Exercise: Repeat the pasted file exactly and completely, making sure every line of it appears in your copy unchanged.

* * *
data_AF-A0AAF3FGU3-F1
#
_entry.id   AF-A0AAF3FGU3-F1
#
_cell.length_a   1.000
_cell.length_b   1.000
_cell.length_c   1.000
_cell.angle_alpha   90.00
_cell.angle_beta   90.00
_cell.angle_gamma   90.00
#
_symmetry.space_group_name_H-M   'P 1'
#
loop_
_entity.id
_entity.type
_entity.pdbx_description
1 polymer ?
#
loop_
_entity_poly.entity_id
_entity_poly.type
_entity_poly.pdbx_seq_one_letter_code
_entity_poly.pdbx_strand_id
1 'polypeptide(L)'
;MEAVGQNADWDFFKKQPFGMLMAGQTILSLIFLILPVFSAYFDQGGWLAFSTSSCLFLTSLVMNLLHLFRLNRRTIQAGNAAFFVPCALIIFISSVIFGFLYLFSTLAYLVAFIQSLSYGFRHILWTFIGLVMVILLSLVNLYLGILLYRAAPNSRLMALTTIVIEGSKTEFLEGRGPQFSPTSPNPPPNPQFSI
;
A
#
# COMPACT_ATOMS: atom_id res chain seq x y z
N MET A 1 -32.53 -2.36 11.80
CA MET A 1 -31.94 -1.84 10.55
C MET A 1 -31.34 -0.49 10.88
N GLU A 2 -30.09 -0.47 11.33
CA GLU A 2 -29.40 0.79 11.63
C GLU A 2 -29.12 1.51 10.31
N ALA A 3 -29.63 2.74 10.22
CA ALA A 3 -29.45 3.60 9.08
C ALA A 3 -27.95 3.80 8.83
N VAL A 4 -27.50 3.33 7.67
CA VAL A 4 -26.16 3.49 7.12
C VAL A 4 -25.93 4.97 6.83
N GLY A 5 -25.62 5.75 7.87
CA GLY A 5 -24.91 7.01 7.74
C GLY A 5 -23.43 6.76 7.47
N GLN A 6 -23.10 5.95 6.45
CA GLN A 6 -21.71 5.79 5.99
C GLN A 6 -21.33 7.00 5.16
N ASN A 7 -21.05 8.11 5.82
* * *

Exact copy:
data_AF-A0AAF3FGU3-F1
#
_entry.id   AF-A0AAF3FGU3-F1
#
_cell.length_a   1.000
_cell.length_b   1.000
_cell.length_c   1.000
_cell.angle_alpha   90.00
_cell.angle_beta   90.00
_cell.angle_gamma   90.00
#
_symmetry.space_group_name_H-M   'P 1'
#
loop_
_entity.id
_entity.type
_entity.pdbx_description
1 polymer ?
#
loop_
_entity_poly.entity_id
_entity_poly.type
_entity_poly.pdbx_seq_one_letter_code
_entity_poly.pdbx_strand_id
1 'polypeptide(L)'
;MEAVGQNADWDFFKKQPFGMLMAGQTILSLIFLILPVFSAYFDQGGWLAFSTSSCLFLTSLVMNLLHLFRLNRRTIQAGNAAFFVPCALIIFISSVIFGFLYLFSTLAYLVAFIQSLSYGFRHILWTFIGLVMVILLSLVNLYLGILLYRAAPNSRLMALTTIVIEGSKTEFLEGRGPQFSPTSPNPPPNPQFSI
;
A
#
# COMPACT_ATOMS: atom_id res chain seq x y z
N MET A 1 -32.53 -2.36 11.80
CA MET A 1 -31.94 -1.84 10.55
C MET A 1 -31.34 -0.49 10.88
N GLU A 2 -30.09 -0.47 11.33
CA GLU A 2 -29.40 0.79 11.63
C GLU A 2 -29.12 1.51 10.31
N ALA A 3 -29.63 2.74 10.22
CA ALA A 3 -29.45 3.60 9.08
C ALA A 3 -27.95 3.80 8.83
N VAL A 4 -27.50 3.33 7.67
CA VAL A 4 -26.16 3.49 7.12
C VAL A 4 -25.93 4.97 6.83
N GLY A 5 -25.62 5.75 7.87
CA GLY A 5 -24.91 7.01 7.74
C GLY A 5 -23.43 6.76 7.47
N GLN A 6 -23.10 5.95 6.45
CA GLN A 6 -21.71 5.79 5.99
C GLN A 6 -21.33 7.00 5.16
N ASN A 7 -21.05 8.11 5.82